480-million-year-old fossils reveal sea lilies' ancient roots

Sea lilies, despite their name, aren't plants. They're animals related to starfish and sea urchins, with long feathery arms resting atop a stalk that keeps them anchored to the ocean floor. Sea lilies have been around for ...

Colonization in slow motion

There is a wide variety of animals living on the Arctic seabed. Attached to rocks, they feed by removing nutrients from the water using filters or tentacles. But it can take decades for these colonies to become established, ...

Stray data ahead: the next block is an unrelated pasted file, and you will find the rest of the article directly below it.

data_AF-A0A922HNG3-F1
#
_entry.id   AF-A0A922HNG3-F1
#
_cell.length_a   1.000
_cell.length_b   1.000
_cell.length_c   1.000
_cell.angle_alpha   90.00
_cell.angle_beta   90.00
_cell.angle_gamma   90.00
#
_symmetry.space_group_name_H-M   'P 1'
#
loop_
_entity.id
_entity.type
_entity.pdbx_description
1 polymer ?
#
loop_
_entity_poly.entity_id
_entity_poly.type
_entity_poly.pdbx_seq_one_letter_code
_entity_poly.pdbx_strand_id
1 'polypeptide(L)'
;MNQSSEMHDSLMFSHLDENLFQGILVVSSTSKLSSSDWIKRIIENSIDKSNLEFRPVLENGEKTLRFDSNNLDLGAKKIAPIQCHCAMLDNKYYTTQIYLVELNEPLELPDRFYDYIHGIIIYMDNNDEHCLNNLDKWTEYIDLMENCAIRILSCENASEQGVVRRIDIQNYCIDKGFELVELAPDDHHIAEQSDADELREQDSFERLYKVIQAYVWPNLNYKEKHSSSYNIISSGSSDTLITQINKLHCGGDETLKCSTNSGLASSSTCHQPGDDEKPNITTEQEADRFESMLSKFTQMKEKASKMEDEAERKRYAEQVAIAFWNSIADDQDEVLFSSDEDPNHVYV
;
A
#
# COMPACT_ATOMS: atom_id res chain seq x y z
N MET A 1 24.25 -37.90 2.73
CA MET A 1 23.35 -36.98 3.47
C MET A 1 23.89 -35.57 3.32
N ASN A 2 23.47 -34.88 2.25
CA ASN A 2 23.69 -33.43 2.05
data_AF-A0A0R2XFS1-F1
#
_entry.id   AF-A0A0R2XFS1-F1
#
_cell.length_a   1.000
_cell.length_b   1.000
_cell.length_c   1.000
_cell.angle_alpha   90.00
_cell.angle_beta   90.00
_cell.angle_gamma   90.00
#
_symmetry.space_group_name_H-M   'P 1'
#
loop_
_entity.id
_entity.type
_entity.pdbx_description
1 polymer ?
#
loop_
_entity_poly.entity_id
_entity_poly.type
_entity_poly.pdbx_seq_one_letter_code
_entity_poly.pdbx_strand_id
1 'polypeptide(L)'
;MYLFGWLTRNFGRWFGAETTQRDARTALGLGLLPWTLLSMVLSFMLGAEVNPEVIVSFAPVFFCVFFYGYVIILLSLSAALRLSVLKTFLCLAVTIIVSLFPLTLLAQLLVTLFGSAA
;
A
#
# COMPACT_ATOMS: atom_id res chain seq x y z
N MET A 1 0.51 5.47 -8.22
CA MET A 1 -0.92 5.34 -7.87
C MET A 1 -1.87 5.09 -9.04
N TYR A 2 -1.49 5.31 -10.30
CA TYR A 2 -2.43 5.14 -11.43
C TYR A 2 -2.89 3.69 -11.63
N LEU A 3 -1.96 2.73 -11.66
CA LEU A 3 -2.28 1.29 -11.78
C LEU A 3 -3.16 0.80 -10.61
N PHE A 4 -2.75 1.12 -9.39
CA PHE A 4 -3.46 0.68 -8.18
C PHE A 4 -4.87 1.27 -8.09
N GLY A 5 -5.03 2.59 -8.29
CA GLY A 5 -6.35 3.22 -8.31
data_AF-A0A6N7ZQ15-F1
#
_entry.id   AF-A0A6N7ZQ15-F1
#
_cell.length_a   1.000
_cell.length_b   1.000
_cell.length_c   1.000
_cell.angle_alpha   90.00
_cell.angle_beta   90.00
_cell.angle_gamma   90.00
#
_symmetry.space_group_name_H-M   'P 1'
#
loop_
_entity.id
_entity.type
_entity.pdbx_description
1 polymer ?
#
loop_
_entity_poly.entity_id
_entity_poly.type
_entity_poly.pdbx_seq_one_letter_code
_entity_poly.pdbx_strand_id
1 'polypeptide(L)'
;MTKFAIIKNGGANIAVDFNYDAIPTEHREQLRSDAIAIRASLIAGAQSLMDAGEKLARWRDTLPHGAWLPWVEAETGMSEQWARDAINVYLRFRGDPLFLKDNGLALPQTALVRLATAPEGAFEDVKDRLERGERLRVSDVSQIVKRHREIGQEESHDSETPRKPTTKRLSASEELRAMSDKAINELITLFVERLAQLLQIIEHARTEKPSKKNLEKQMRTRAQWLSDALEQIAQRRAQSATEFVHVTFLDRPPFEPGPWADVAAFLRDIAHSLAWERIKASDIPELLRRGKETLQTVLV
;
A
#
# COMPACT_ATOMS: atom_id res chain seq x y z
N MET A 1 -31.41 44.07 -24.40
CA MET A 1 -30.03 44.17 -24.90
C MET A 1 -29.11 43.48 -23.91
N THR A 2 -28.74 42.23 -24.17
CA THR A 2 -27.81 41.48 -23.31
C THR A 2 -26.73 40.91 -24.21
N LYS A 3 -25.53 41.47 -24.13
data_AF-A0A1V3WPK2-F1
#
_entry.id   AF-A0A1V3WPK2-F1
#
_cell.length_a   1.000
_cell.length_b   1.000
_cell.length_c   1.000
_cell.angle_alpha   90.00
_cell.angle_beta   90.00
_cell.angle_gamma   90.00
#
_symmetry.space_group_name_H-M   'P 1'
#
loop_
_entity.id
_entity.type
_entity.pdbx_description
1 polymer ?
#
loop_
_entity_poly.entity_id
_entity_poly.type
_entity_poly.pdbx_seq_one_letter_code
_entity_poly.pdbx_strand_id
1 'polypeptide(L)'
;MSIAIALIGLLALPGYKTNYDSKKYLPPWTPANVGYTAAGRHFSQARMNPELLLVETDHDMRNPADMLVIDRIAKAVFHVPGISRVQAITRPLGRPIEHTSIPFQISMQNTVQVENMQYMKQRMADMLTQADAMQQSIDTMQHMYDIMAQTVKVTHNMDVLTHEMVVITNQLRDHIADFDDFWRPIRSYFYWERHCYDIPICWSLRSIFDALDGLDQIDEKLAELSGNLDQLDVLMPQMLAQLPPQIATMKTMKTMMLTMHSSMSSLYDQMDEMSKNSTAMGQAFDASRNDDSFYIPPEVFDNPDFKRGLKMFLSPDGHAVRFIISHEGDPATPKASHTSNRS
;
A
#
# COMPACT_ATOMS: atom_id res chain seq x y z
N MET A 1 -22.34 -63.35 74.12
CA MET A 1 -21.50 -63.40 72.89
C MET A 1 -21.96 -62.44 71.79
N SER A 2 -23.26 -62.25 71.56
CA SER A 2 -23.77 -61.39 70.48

Escalating arms race: Predatory sea urchins drive evolution

(Phys.org) -- Nature teems with examples of evolutionary arms races between predators and prey, with the predator species gradually evolving a new mode of attack for each defensive adaptation that arises in the prey species.

Urged on by urchins: How sea lilies got their get-up-and-go

Nature abounds with examples of evolutionary arms races. Certain marine snails, for example, evolved thick shells and spines to avoid be eaten, but crabs and fish foiled the snails by developing shell-crushing claws and jaws.